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Search results for "Nonsurgical Procedural Complications"
Cases & Commentaries
- Web M&M
Elise Orvedal Leiten, MD, and Rune Nielsen, MD, PhD; January 2019
Hospitalized in the ICU with hypoxic respiratory failure due to community-acquired pneumonia, an elderly man had increased pulmonary secretions on hospital day 2 for which the critical care provider decided to perform bedside bronchoscopy. Following the procedure, the patient was difficult to arouse, nearly apneic, and required intubation. The care team paused and discovered that after the patient had received 2 mg of intravenous midalozam, his IV line had been flushed with an additional 10 mg of the benzodiazepine, rather than the intended normal saline. This high dose of midazolam led to the respiratory failure requiring intubation. On top of that, instead of normal saline, lidocaine had been used for the lung lavage.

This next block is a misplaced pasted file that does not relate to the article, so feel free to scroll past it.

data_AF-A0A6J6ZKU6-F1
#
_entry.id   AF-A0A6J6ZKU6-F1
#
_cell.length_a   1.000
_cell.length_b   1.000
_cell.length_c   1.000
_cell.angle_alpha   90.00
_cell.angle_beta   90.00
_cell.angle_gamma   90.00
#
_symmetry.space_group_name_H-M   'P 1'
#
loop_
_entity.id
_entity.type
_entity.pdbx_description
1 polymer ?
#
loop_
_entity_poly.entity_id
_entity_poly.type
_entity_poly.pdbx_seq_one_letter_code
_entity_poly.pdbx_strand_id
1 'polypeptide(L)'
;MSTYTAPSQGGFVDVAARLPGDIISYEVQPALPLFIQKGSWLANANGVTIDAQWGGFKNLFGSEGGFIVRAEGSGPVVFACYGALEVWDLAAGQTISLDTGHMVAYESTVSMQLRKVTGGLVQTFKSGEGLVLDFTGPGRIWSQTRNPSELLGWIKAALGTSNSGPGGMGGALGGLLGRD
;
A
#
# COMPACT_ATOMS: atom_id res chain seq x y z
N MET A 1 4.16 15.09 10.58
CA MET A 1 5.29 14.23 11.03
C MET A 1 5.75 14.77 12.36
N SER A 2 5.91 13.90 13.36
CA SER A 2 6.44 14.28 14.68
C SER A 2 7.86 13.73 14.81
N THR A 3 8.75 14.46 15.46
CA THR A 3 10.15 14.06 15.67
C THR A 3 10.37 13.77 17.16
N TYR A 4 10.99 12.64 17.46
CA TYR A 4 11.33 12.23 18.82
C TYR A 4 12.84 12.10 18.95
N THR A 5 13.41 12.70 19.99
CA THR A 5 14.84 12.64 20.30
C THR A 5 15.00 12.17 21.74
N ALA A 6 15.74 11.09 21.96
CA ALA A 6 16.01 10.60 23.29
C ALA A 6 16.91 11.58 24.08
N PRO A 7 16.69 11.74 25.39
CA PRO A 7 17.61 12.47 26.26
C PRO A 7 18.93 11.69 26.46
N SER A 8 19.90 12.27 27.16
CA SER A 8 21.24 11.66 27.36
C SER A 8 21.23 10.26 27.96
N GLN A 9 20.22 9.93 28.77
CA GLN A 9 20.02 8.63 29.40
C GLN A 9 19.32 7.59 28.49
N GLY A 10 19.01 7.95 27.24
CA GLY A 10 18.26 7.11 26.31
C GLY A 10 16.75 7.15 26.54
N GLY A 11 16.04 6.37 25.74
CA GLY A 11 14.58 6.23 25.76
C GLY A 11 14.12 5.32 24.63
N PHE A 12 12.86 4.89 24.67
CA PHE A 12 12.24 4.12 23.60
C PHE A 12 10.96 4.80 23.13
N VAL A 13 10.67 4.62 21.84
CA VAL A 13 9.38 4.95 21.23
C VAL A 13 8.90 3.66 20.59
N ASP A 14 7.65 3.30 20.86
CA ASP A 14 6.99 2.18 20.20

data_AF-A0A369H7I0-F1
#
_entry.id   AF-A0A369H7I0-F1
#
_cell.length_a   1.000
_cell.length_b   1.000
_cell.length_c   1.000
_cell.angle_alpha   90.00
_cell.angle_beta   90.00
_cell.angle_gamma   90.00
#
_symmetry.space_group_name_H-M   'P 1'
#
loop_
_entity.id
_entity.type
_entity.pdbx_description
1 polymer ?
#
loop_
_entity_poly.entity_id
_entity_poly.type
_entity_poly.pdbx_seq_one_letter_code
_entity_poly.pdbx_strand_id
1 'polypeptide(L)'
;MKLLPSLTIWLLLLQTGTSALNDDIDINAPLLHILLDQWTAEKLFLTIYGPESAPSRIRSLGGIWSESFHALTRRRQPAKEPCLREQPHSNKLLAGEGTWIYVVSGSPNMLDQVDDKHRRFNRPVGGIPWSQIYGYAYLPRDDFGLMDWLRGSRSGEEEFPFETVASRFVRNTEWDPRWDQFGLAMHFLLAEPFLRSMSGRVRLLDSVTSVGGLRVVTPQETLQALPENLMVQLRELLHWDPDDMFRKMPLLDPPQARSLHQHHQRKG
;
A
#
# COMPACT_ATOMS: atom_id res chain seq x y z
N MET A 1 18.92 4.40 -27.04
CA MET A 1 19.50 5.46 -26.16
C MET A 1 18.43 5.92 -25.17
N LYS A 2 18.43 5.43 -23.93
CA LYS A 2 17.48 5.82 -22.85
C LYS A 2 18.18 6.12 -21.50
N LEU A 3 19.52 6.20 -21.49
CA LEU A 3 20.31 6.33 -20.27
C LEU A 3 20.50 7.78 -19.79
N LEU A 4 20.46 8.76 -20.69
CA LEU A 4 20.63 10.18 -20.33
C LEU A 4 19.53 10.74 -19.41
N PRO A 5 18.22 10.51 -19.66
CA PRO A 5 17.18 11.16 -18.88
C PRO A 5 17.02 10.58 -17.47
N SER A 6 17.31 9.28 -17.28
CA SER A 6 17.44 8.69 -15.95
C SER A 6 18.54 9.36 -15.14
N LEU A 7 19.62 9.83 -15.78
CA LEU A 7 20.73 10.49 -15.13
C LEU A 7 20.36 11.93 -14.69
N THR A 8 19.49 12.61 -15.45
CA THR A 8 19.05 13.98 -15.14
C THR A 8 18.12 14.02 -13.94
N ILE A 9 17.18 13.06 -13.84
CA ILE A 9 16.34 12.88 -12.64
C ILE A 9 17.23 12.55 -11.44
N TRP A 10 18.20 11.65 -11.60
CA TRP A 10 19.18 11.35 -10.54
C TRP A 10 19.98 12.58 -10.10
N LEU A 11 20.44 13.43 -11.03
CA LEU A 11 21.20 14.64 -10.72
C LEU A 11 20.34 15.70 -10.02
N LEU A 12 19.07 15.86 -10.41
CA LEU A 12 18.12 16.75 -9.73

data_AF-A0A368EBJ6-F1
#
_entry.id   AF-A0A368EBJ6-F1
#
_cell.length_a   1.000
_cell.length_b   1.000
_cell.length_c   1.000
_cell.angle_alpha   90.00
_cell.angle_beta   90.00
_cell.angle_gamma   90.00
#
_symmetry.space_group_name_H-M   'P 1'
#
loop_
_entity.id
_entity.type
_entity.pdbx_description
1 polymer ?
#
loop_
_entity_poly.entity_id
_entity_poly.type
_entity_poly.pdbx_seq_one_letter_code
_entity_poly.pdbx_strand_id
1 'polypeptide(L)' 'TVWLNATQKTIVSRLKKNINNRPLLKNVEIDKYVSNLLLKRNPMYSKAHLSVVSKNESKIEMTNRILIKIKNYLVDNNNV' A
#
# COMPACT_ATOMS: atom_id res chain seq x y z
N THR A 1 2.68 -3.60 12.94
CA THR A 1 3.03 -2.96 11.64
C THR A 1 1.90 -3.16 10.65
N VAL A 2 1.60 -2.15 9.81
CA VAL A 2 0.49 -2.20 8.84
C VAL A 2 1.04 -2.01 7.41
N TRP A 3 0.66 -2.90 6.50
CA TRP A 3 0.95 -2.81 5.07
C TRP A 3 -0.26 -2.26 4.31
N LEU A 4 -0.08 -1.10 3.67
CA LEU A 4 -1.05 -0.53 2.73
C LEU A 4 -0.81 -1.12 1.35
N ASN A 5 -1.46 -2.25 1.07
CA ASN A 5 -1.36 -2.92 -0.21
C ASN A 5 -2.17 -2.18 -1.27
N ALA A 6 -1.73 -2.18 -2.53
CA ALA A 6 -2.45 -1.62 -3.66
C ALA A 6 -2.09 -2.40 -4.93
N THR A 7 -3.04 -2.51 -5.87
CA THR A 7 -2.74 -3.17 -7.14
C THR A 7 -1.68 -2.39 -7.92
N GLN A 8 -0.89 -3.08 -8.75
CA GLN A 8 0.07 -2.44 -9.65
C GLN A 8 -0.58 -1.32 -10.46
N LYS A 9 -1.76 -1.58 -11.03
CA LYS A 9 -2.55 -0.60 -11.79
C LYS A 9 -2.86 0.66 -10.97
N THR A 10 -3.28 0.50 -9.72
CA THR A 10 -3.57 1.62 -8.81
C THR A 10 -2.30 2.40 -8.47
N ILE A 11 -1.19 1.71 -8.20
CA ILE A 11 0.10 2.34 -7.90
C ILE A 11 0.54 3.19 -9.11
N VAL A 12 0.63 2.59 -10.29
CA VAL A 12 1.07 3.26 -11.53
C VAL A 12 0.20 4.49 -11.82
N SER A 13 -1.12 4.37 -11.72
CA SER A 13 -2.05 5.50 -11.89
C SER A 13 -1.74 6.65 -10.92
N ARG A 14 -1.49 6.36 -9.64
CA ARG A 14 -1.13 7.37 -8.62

Oakeshott I. The Sunday Times. June 18, 2006.
This article reports on incidents of wrong drug and wrong route administration of epidurals in the United Kingdom's National Health Service.
Journal Article > Study
Jagsi R, Kitch BT, Weinstein DF, Campbell EG, Hutter M, Weissman JS. Arch Intern Med. 2005;165:2607-2613.
This survey demonstrated that more than half of residents reported patients experiencing adverse events under their care, a quarter of which were attributed to errors. The most frequent adverse events involved procedures and medication administrations, while predictors of these and other near miss events included rotating on an inpatient service, fatigue, and postgraduate year 1 status. The authors advocate for greater resident involvement in data acquisition to complement existing methods of chart review for adverse event analyses. This type of involvement may provide residents with important quality improvement opportunities in their education and training.